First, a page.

One of the most famous rikishi of all time was never promoted to the rank of yokozuna.
That decision to deny Saleva’a Atisano’e (better known as Konishiki) the sport’s top rank in the early 1990s almost caused a diplomatic incident and was certainly played up in the media at a time when Japan-U.S. relations were under great strain.
Whether or not the big Hawaiian actually deserved promotion is harder to say.
His second and third titles (both achieved at the rank of ozeki) were split by a 12-3 performance and perhaps in the current climate that would be enough, but Konishiki was active at a time when things were much stricter.
Accusations of a double standard for foreign rikishi hold no water when you see how the golden boy of Japanese sumo needed to lift the Emperor’s Cup seven times before finally earning the rope.
Scouted by legendary trailblazer Takamiyama, Konishiki literally arrived in Japan with nothing but the shirt on his back.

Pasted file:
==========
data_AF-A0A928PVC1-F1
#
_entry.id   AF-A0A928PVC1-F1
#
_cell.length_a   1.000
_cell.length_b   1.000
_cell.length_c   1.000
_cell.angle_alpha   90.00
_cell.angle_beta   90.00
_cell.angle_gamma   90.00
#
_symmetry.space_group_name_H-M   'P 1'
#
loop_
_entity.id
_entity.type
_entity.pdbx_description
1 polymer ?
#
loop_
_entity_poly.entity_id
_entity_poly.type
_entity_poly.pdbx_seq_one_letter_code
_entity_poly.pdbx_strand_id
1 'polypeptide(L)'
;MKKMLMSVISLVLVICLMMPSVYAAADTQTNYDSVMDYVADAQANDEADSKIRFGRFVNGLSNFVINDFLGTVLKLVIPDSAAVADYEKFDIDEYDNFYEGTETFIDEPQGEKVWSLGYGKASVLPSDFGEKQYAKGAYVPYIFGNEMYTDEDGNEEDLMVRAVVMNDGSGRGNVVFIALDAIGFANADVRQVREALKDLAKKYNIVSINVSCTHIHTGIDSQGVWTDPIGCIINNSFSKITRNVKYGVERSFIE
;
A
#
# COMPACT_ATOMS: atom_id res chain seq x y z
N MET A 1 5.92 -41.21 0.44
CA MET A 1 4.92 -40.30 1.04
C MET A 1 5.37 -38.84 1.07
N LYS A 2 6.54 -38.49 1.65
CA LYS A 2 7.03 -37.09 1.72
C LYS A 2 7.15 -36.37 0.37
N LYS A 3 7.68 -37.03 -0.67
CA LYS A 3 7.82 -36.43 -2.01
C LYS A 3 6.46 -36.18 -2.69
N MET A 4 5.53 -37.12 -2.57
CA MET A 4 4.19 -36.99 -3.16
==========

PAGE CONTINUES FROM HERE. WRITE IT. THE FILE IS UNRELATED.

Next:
After some reluctance and over and back thinking, he just decided to go to Japan shortly before the plane departed and boarded without any real luggage.
Arriving in Tokyo he didn’t even have the money needed to pay the departure tax at the airport and had to borrow it from a fellow passenger.
A decade and a half later, he ended a career in 1997 that had seen him morph from an unstoppable force that was compared to Perry’s famous Black Ships to villain to hero bravely struggling on in the face of increasing pain.
Post-retirement Konishiki became a popular entertainer and media personality performing in everything from children’s TV to live concerts with his wife.
Never one to sit still, his latest venture has him on the road in the United States, touring everywhere from Seattle to New York with several retired rikishi as part of a sumo entertainment show.
In a time of both misinformation and too much information, quality journalism is more crucial than ever.
By subscribing, you can help us get the story right.